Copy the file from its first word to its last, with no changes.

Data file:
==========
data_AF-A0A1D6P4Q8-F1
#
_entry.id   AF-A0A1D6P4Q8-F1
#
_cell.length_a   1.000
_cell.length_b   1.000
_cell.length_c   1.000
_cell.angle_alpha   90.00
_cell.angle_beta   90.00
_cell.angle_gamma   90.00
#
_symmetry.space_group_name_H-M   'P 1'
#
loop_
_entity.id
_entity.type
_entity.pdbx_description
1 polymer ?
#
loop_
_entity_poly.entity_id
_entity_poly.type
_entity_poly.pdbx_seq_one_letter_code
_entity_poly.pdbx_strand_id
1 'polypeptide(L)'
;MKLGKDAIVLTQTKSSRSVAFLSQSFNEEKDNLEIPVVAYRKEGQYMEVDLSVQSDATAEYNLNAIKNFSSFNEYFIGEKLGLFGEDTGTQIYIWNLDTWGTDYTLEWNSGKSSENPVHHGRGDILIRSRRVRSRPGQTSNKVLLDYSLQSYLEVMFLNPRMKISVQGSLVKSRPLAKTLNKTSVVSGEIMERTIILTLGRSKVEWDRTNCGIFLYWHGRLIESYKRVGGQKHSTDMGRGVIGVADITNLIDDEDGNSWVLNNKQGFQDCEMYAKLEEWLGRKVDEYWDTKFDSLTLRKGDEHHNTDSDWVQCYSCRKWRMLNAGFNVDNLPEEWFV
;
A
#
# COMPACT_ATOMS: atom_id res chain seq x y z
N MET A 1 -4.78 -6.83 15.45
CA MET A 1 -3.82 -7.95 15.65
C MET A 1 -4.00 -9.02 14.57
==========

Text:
data_AF-A0A1D6P4Q8-F1
#
_entry.id   AF-A0A1D6P4Q8-F1
#
_cell.length_a   1.000
_cell.length_b   1.000
_cell.length_c   1.000
_cell.angle_alpha   90.00
_cell.angle_beta   90.00
_cell.angle_gamma   90.00
#
_symmetry.space_group_name_H-M   'P 1'
#
loop_
_entity.id
_entity.type
_entity.pdbx_description
1 polymer ?
#
loop_
_entity_poly.entity_id
_entity_poly.type
_entity_poly.pdbx_seq_one_letter_code
_entity_poly.pdbx_strand_id
1 'polypeptide(L)'
;MKLGKDAIVLTQTKSSRSVAFLSQSFNEEKDNLEIPVVAYRKEGQYMEVDLSVQSDATAEYNLNAIKNFSSFNEYFIGEKLGLFGEDTGTQIYIWNLDTWGTDYTLEWNSGKSSENPVHHGRGDILIRSRRVRSRPGQTSNKVLLDYSLQSYLEVMFLNPRMKISVQGSLVKSRPLAKTLNKTSVVSGEIMERTIILTLGRSKVEWDRTNCGIFLYWHGRLIESYKRVGGQKHSTDMGRGVIGVADITNLIDDEDGNSWVLNNKQGFQDCEMYAKLEEWLGRKVDEYWDTKFDSLTLRKGDEHHNTDSDWVQCYSCRKWRMLNAGFNVDNLPEEWFV
;
A
#
# COMPACT_ATOMS: atom_id res chain seq x y z
N MET A 1 -4.78 -6.83 15.45
CA MET A 1 -3.82 -7.95 15.65
C MET A 1 -4.00 -9.02 14.57